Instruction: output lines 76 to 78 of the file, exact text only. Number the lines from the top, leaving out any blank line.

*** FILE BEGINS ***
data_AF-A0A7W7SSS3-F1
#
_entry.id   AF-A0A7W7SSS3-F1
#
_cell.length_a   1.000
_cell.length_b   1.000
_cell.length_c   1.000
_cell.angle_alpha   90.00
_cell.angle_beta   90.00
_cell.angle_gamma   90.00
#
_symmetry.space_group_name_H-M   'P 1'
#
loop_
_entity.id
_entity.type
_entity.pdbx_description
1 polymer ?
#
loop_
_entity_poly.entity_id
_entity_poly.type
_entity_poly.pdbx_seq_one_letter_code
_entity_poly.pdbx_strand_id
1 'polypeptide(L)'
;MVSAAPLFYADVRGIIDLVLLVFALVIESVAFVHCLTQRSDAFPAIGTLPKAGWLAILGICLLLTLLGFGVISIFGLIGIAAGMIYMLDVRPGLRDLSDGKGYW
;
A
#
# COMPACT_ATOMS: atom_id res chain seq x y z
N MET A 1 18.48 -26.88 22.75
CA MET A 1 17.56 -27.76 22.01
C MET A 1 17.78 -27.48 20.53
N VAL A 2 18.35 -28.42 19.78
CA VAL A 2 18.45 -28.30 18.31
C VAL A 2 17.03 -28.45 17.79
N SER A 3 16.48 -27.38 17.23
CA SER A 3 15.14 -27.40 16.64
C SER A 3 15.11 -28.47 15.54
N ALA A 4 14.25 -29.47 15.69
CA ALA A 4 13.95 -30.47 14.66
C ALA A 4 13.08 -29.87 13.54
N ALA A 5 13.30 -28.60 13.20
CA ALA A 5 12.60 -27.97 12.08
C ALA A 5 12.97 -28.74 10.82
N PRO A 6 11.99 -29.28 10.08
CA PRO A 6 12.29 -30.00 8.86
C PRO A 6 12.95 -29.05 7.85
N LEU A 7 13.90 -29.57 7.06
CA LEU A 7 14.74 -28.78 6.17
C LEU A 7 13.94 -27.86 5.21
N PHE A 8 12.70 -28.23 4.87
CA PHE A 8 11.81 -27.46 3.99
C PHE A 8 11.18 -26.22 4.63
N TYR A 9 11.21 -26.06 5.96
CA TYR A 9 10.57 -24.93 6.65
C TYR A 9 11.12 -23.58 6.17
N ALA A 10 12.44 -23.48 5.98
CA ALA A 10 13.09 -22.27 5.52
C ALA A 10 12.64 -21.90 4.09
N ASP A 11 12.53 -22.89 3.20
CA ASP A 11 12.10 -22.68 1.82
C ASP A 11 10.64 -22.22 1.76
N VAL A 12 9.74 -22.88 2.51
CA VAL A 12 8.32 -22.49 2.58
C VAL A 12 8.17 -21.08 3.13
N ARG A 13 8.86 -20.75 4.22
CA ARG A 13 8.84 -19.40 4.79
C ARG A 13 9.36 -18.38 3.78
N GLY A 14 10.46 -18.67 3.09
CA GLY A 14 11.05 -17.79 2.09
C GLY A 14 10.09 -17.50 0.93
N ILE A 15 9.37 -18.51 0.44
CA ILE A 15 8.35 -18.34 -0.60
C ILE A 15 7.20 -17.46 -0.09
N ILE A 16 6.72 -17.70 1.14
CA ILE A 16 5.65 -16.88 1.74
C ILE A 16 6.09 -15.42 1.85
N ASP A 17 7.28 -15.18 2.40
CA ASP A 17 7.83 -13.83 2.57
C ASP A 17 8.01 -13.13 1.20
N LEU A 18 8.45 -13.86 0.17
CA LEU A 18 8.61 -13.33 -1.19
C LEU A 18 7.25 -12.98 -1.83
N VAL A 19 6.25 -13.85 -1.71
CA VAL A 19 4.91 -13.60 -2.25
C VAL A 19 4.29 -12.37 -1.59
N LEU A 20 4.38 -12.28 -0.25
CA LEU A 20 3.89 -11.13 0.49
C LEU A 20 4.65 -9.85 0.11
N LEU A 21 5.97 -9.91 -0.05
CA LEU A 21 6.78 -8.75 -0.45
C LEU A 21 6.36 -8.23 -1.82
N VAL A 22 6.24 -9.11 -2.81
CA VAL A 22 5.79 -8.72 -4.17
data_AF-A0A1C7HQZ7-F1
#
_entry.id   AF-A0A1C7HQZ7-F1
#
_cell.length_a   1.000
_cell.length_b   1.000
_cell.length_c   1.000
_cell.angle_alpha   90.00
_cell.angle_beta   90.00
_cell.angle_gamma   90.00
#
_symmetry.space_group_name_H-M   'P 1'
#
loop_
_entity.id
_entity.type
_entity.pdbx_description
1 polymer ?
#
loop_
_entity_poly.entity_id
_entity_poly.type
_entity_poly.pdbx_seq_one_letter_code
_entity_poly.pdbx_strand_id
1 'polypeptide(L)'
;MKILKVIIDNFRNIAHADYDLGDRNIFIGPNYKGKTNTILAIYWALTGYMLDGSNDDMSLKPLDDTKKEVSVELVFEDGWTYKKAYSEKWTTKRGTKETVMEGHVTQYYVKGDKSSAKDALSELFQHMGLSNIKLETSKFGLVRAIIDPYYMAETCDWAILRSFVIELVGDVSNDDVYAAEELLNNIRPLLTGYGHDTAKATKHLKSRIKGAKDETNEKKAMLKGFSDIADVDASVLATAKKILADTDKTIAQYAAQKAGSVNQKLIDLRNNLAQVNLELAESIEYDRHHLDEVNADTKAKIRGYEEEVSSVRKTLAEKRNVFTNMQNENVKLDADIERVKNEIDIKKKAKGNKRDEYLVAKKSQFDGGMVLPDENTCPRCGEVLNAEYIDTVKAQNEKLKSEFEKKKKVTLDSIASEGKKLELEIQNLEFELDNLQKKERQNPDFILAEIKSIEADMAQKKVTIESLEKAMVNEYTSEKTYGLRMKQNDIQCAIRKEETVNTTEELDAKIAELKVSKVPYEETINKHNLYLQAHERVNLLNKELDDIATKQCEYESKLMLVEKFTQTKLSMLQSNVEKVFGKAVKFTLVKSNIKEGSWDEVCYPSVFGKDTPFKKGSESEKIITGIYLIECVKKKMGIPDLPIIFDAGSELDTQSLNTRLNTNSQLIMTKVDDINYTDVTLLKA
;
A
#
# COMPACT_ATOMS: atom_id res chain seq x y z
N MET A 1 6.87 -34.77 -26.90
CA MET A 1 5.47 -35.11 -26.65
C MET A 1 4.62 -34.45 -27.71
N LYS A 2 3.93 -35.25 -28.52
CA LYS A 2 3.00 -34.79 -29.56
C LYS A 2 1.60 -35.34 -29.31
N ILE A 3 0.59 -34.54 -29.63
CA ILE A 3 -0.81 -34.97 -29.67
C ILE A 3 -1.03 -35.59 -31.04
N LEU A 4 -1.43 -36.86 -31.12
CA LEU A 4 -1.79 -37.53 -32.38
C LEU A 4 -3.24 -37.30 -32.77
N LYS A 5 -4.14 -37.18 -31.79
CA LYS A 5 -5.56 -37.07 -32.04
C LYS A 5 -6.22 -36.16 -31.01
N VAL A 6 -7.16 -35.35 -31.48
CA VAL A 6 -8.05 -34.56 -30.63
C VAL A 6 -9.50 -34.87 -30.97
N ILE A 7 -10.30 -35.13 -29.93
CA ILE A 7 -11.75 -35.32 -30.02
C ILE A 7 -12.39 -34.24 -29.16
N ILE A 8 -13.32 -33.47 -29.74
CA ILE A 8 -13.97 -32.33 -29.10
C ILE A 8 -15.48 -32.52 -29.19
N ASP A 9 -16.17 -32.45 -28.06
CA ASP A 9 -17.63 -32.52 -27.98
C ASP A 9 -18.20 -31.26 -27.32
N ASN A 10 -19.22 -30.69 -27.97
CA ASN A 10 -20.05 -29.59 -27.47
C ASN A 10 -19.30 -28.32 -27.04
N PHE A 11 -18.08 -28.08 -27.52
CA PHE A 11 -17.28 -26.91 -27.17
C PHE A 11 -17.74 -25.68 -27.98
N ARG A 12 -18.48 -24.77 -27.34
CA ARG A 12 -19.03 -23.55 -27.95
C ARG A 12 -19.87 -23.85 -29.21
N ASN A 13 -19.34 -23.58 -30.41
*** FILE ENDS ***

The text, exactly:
N ILE A 16 6.72 -17.70 1.14
CA ILE A 16 5.65 -16.88 1.74
C ILE A 16 6.09 -15.42 1.85